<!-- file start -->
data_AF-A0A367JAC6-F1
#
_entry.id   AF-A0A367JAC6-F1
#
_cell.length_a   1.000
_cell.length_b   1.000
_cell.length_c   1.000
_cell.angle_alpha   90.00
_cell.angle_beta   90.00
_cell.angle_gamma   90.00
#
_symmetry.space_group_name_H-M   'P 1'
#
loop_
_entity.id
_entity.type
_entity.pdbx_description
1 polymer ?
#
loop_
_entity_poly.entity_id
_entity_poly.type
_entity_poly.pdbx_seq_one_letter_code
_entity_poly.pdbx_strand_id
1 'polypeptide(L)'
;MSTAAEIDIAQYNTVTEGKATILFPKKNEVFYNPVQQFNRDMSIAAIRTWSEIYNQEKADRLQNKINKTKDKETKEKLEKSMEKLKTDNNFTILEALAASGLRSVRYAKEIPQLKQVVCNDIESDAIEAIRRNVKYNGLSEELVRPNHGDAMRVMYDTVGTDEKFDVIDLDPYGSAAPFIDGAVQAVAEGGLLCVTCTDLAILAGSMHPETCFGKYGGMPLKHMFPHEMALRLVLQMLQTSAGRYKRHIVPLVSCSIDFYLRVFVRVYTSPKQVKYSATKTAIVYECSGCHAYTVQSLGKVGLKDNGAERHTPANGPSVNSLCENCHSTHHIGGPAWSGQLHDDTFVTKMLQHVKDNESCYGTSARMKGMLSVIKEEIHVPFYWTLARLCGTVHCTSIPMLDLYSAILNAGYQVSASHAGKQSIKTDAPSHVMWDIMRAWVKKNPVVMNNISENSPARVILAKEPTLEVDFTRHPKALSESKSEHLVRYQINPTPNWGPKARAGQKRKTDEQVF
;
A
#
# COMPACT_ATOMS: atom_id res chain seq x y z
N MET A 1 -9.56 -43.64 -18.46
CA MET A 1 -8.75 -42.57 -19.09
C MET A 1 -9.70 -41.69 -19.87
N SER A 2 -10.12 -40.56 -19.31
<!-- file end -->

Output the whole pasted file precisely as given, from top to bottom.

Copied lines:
data_AF-A0A367JAC6-F1
#
_entry.id   AF-A0A367JAC6-F1
#
_cell.length_a   1.000
_cell.length_b   1.000
_cell.length_c   1.000
_cell.angle_alpha   90.00
_cell.angle_beta   90.00
_cell.angle_gamma   90.00
#
_symmetry.space_group_name_H-M   'P 1'
#
loop_
_entity.id
_entity.type
_entity.pdbx_description
1 polymer ?
#
loop_
_entity_poly.entity_id
_entity_poly.type
_entity_poly.pdbx_seq_one_letter_code
_entity_poly.pdbx_strand_id
1 'polypeptide(L)'
;MSTAAEIDIAQYNTVTEGKATILFPKKNEVFYNPVQQFNRDMSIAAIRTWSEIYNQEKADRLQNKINKTKDKETKEKLEKSMEKLKTDNNFTILEALAASGLRSVRYAKEIPQLKQVVCNDIESDAIEAIRRNVKYNGLSEELVRPNHGDAMRVMYDTVGTDEKFDVIDLDPYGSAAPFIDGAVQAVAEGGLLCVTCTDLAILAGSMHPETCFGKYGGMPLKHMFPHEMALRLVLQMLQTSAGRYKRHIVPLVSCSIDFYLRVFVRVYTSPKQVKYSATKTAIVYECSGCHAYTVQSLGKVGLKDNGAERHTPANGPSVNSLCENCHSTHHIGGPAWSGQLHDDTFVTKMLQHVKDNESCYGTSARMKGMLSVIKEEIHVPFYWTLARLCGTVHCTSIPMLDLYSAILNAGYQVSASHAGKQSIKTDAPSHVMWDIMRAWVKKNPVVMNNISENSPARVILAKEPTLEVDFTRHPKALSESKSEHLVRYQINPTPNWGPKARAGQKRKTDEQVF
;
A
#
# COMPACT_ATOMS: atom_id res chain seq x y z
N MET A 1 -9.56 -43.64 -18.46
CA MET A 1 -8.75 -42.57 -19.09
C MET A 1 -9.70 -41.69 -19.87
N SER A 2 -10.12 -40.56 -19.31